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“We’re going to be throwing vaccines in the garbage and it could’ve been in somebody’s arm.”

People are spamming pharmacies’ non-existent waitlists for other vaccines while AstraZeneca shots expire.


The scene at one HRM pharmacy looks like this: Back-to-back appointments, four an hour. The sound of vials of vaccine cracking open is such a constant noise it probably permeates the pharmacists’ dreams. It’s a well-oiled machine, if one that’s new on its feet. “We’re highly sought after,” says the pharmacy manager (who, like all the pharmacists in this story, would only speak anonymously about medical issues). “We’re administering Pfizer and we haven’t run into a single no-show. I think that has to do with vaccine preference by the population.”

It turns out, she’d thought right. Chief medical officer of health Robert Strang continues to assert that there is no vaccine waste happening in Nova Scotia, saying on April 13 “our vaccine wastage is well below one percent,” and adding this past Tuesday, “The reality is we have only a relatively small amount of AZ vaccine that’s unused at this point in time.” But that’s not how it feels for pharmacists with cases of AstraZeneca vials.

“We have the AstraZeneca vaccine. And initially, we were fully booked, it filled very quickly,” says another pharmacist working at a pharmacy that carries only the AZ vaccine, something that she adds is slightly atypical. “And then when they dropped the age on the Pfizer and Moderna, then people cancelled their appointments and rebooked somewhere else.

“So the vaccine we have in the fridge isn’t going to expire until June something or other. But, for example today, we had six appointments and had to puncture a new vial—it’s listed as having 10 doses per vial but you can almost always get 11. And that is only stable for 48 hours once punctured,” she continues. “So if we only have a handful of appointments, we want to vaccinate the people who are here, but then we’re in a situation where we’re going to be throwing vaccines in the garbage because it will have expired and it could’ve been in somebody’s arm.”

To her, vaccine waste is not a question of if but of when. “I’ve asked the pharmacy association about, like, what if the person is 52, at the end of the day and I have a vaccine I'm going to put in the garbage, can I give it to them? And the answer is no. So, we’re kind of outraged.” (Today the province opened access to AstraZeneca to anyone aged 40 and up, so appointments may get filled again.)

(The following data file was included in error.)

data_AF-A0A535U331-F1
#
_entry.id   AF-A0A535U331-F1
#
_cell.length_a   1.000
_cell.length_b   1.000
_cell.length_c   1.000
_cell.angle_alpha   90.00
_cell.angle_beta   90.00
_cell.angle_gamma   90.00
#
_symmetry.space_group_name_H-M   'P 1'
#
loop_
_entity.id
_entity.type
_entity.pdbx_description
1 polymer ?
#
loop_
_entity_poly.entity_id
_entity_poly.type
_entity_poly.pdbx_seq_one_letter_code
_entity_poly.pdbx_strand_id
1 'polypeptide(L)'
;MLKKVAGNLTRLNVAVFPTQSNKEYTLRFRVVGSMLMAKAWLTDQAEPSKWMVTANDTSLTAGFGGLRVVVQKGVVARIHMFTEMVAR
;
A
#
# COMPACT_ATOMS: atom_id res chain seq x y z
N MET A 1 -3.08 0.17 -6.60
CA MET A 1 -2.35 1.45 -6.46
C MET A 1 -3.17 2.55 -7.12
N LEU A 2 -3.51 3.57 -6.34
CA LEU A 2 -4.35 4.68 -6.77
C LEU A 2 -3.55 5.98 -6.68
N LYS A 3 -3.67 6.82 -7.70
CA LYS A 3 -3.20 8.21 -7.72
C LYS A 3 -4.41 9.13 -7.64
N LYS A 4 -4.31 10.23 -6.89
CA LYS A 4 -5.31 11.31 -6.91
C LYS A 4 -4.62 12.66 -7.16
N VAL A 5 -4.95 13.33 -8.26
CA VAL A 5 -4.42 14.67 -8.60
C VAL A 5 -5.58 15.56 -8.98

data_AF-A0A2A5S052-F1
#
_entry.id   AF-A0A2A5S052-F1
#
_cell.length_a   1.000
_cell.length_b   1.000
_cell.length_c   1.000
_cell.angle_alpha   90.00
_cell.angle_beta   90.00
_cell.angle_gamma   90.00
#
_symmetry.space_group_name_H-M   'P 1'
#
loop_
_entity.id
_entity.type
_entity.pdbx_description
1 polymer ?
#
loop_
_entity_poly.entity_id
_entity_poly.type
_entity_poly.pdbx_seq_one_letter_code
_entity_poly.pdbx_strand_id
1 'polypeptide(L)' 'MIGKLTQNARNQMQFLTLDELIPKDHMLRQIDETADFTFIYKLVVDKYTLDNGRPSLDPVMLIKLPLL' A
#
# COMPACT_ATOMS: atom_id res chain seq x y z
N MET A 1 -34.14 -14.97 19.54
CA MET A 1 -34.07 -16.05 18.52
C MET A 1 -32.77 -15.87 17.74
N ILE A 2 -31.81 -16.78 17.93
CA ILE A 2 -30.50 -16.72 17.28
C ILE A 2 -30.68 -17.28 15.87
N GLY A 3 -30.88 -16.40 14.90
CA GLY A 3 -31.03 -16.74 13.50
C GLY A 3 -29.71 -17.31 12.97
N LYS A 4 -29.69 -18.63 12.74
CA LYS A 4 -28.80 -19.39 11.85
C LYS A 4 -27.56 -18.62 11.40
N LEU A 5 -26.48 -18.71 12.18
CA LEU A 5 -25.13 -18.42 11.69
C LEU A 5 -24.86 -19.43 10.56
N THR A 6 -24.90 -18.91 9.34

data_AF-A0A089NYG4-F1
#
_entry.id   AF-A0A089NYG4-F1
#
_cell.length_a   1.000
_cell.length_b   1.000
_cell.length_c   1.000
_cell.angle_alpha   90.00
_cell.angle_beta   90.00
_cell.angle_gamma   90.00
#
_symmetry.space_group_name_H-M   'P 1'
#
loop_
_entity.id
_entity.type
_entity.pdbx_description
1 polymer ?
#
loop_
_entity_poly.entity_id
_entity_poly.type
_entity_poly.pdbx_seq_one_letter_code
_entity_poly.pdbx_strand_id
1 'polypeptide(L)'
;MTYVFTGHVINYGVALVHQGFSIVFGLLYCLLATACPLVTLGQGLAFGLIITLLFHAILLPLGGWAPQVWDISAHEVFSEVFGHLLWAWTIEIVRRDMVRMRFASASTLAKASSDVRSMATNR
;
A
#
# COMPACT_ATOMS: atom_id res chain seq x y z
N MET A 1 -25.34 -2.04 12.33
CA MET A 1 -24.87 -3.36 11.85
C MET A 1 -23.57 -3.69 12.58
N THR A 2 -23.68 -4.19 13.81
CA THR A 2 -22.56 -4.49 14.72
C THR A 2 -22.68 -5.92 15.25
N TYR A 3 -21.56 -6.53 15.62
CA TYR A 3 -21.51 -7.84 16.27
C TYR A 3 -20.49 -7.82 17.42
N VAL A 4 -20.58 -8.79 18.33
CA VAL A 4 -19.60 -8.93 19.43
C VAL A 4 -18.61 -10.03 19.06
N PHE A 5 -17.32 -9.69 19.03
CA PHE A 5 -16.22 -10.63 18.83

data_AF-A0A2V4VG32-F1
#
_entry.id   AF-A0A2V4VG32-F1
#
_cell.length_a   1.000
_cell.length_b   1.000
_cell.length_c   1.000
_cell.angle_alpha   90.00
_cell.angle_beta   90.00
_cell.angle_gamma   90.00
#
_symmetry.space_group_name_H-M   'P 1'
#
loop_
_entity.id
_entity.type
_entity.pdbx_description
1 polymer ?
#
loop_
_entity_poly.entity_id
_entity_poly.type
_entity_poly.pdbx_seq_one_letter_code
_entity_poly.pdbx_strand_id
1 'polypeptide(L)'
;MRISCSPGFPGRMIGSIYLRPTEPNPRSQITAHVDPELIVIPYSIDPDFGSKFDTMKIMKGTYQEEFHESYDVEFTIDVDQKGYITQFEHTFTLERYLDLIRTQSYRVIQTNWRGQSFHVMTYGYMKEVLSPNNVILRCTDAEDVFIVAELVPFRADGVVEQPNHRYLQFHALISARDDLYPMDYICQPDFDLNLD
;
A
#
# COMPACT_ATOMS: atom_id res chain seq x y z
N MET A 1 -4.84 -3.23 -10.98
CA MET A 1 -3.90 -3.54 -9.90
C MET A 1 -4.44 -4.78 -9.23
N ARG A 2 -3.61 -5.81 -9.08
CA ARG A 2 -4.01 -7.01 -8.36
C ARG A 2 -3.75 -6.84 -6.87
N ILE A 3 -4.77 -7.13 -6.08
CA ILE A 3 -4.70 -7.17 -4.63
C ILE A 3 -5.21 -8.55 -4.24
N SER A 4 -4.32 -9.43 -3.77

The Pfizer pharmacy has phones ringing off the hook with people asking to be added to waiting lists for no-show appointments (something they are very much not allowed to do, the Pfizer pharmacist adds, explaining that any leftover vaccine is given to an existing client of the pharmacy who matches the government-mandated requirements). There are even some people spamming local pharmacies with faxes begging for a shot, a sort of resume for why someone outside the current vaccination cohort should get to slide into a cancellation list (even though all the pharmacists we asked say that these cancellation lists are not allowed).

One such fax obtained by The Coast stresses the 55-year-old author’s immediate availability and willingness to travel to any location for a dose, before adding “although the AstraZeneca is offered to my age group, I have made an informed decision to not take the AZ vaccine, and to wait for the mRNA vaccine to be made available.”

“Wow, just wow. It’s the wasteage, right? It’s that they’re going to go in the garbage,” says the AstraZeneca-administering pharmacist. “The logic that things are bad enough here for the risks to outweigh the benefit of the AstraZeneca vaccine? Are we gonna wait until it gets bad, then? Yesterday when I went home, we had 350 doses in the fridge, which will expire at the end of May 6. Like, tomorrow I have 40 slots open and no bookings.” She takes a breath, a palpable frustration that was mirrored by the Pfizer pharmacist upon hearing this. One wonders how safe the woman who sent this fax would feel flying in a plane, or if she’s ever smoked a cigarette (both behaviours that can cause blood clots).

“During flu shot season, we don't really discuss with the patients what vaccine, which manufacturers’ vaccine we have, and it often changes—like we're up for shipment and it's all one thing and then the next shipment is something different,” the AZ-administering pharmacist adds. “Just because you had the AstraZeneca vaccine this year doesn’t mean you can’t get the Pfizer next year. The best vaccine to get is the one that’s available to you first.”

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